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Highly Ordered Dielectric Mirrors via the Self-Assembly of Dendronized Block Copolymers

Piunova, Victoria A. and Miyake, Garret M. and Daeffler, Christopher S. and Weitekamp, Raymond A. and Grubbs, Robert H. (2013) Highly Ordered Dielectric Mirrors via the Self-Assembly of Dendronized Block Copolymers. Journal of the American Chemical Society, 135 (41). pp. 15609-15616. ISSN 0002-7863. doi:10.1021/ja4081502.

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Dendronized block copolymers were synthesized by ruthenium-mediated ring-opening methathesis polymerization of exo-norbornene functionalized dendrimer monomers, and their self-assembly to dielectric mirrors was investigated. The rigid-rod main-chain conformation of these polymers drastically lowers the energetic barrier for reorganization, enabling their rapid self-assembly to long-range, highly ordered nanostructures. The high fidelity of these dielectric mirrors is attributed to the uniform polymer architecture achieved from the construction of discrete dendritic repeat units. These materials exhibit lightreflecting properties due to the multilayer architecture, presenting an attractive bottom-up approach to efficient dielectric mirrors with narrow band gaps. The wavelength of reflectance scales linearly with block-copolymer molecular weight, ranging from the ultraviolet, through the visible, to the near-infrared. This allows for the modulation of photonic properties through synthetic control of the polymer molecular weight. This work represents a significant advancement in closing the gap between the precision obtained from top-down and bottom-up approaches.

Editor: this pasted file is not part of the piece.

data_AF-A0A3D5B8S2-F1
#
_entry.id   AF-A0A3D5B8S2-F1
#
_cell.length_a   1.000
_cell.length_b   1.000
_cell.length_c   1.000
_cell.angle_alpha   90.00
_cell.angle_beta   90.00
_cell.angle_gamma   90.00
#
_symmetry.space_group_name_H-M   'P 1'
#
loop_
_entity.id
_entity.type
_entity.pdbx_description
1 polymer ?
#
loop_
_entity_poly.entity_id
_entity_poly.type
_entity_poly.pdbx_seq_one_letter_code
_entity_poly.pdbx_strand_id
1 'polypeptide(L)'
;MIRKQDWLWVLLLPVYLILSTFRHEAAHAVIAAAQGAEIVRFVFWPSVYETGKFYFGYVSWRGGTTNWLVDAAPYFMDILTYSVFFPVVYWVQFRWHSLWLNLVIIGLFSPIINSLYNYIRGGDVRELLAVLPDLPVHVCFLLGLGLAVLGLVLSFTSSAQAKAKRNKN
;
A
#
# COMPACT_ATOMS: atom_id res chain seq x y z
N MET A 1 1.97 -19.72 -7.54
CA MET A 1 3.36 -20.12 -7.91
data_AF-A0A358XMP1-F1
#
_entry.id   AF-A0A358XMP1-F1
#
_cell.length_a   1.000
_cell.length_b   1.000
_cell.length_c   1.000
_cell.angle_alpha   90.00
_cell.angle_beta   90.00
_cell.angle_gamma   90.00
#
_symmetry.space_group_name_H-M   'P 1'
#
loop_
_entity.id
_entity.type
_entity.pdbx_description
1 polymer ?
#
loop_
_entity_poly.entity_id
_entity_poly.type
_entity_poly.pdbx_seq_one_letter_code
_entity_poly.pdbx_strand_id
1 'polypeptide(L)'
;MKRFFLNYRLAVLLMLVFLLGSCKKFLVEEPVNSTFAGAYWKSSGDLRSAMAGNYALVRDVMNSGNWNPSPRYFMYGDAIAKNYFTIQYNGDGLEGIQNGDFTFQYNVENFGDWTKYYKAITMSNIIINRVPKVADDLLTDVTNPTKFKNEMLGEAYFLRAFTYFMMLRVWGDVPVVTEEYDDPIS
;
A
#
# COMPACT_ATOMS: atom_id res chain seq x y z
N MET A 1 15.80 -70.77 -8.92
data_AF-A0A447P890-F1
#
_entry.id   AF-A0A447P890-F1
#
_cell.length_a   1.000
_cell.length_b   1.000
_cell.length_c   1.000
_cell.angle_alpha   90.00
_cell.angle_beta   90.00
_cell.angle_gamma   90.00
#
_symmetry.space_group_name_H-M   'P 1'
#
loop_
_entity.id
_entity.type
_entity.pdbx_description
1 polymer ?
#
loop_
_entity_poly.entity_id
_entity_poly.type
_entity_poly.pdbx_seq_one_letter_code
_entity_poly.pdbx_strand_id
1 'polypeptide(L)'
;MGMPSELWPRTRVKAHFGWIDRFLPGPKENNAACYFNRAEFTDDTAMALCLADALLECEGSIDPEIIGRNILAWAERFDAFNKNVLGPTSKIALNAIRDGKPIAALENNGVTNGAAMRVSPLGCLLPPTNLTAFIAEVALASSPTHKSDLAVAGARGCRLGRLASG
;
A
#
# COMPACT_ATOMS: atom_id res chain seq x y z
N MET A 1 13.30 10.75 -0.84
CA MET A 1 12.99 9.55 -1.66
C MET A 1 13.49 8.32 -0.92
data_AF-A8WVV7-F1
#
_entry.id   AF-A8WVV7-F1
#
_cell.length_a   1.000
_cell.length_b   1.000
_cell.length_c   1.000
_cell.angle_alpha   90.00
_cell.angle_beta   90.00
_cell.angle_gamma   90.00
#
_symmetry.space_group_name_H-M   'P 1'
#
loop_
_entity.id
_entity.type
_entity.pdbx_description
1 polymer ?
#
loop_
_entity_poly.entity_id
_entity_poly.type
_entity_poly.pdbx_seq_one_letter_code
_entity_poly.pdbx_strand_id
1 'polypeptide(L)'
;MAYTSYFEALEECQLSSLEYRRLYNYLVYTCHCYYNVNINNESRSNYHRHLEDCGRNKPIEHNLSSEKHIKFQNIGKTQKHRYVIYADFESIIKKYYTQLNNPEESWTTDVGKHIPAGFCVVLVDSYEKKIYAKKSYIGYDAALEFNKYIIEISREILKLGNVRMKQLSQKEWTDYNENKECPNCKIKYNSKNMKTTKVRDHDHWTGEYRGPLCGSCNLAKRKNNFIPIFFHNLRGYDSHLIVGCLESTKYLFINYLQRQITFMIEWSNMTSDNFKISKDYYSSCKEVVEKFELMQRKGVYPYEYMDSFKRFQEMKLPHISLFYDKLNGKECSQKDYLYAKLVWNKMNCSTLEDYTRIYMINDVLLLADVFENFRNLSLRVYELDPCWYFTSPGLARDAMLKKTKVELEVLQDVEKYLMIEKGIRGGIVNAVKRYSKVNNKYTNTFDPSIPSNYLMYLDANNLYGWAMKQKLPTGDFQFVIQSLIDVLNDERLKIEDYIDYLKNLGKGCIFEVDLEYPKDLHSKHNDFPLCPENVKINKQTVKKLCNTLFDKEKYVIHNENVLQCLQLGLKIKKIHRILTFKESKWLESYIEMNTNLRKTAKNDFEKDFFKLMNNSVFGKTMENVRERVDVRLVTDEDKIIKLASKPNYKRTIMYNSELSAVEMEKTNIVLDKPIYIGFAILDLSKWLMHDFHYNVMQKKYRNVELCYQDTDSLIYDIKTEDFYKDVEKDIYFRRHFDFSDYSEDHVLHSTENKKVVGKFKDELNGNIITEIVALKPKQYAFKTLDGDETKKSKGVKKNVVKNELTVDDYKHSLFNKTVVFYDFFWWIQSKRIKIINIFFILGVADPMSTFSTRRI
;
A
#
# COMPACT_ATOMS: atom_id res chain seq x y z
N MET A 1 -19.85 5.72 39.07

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Grubbs, Robert H.0000-0002-0057-7817
Additional Information:© 2013 American Chemical Society. Received: August 6, 2013. Published: October 4, 2013. We gratefully acknowledge Ron Synowicki and Nina Hong at J.A. Woollam Co., Inc. for their measurement and fitting of the refractive indices of these polymers. Reflection measurements were collected at the Molecular Materials Research Center of the Beckman Institute of the California Institute of Technology. This work was supported by a Dow-Resnick Bridge Award. This research was conducted with Government support under and awarded by DoD, Air Force Office of Scientific Research, National Defense Science and Engineering Graduate (NDSEG) Fellowship (32 CFR 168a).
Group:Resnick Sustainability Institute
Funding AgencyGrant Number
Dow-Resnick Bridge AwardUNSPECIFIED
National Defense Science and Engineering Graduate (NDSEG) Fellowship32 CFR 168a
Issue or Number:41
Record Number:CaltechAUTHORS:20131009-162030103
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Usage Policy:No commercial reproduction, distribution, display or performance rights in this work are provided.
ID Code:41844
Deposited By: Joy Painter
Deposited On:09 Oct 2013 23:47
Last Modified:10 Nov 2021 04:34

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